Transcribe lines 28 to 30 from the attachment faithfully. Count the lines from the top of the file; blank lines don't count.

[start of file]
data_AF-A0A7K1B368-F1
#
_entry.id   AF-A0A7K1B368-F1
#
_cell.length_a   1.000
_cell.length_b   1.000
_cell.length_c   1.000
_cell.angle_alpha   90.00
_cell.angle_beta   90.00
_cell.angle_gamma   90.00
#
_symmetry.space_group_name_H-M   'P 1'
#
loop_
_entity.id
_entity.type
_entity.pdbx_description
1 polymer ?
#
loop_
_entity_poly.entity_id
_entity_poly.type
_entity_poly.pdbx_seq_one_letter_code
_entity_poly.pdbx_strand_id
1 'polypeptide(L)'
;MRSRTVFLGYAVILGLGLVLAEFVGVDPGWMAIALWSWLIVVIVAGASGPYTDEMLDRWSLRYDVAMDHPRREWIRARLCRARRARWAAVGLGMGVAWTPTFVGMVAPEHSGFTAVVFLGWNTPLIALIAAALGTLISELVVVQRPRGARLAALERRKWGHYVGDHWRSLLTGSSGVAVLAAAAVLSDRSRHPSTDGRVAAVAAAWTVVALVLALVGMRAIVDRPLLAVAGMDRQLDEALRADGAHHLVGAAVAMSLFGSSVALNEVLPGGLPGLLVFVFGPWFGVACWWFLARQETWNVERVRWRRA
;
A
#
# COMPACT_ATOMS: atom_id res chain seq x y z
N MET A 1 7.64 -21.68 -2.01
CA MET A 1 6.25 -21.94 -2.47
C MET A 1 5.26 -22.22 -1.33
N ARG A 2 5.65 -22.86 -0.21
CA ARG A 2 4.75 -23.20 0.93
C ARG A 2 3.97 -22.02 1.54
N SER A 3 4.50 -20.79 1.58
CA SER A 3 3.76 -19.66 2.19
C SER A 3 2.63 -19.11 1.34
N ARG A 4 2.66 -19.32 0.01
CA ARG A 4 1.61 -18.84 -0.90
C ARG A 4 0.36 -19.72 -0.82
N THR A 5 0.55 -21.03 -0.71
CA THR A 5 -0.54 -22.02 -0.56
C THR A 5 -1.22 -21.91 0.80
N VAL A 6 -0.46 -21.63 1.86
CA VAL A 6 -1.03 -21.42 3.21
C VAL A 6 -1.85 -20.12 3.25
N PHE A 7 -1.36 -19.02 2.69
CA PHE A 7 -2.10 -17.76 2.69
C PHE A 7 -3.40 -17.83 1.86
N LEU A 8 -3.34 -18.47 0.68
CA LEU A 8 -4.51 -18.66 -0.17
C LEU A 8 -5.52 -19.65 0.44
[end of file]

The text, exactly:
A
#
# COMPACT_ATOMS: atom_id res chain seq x y z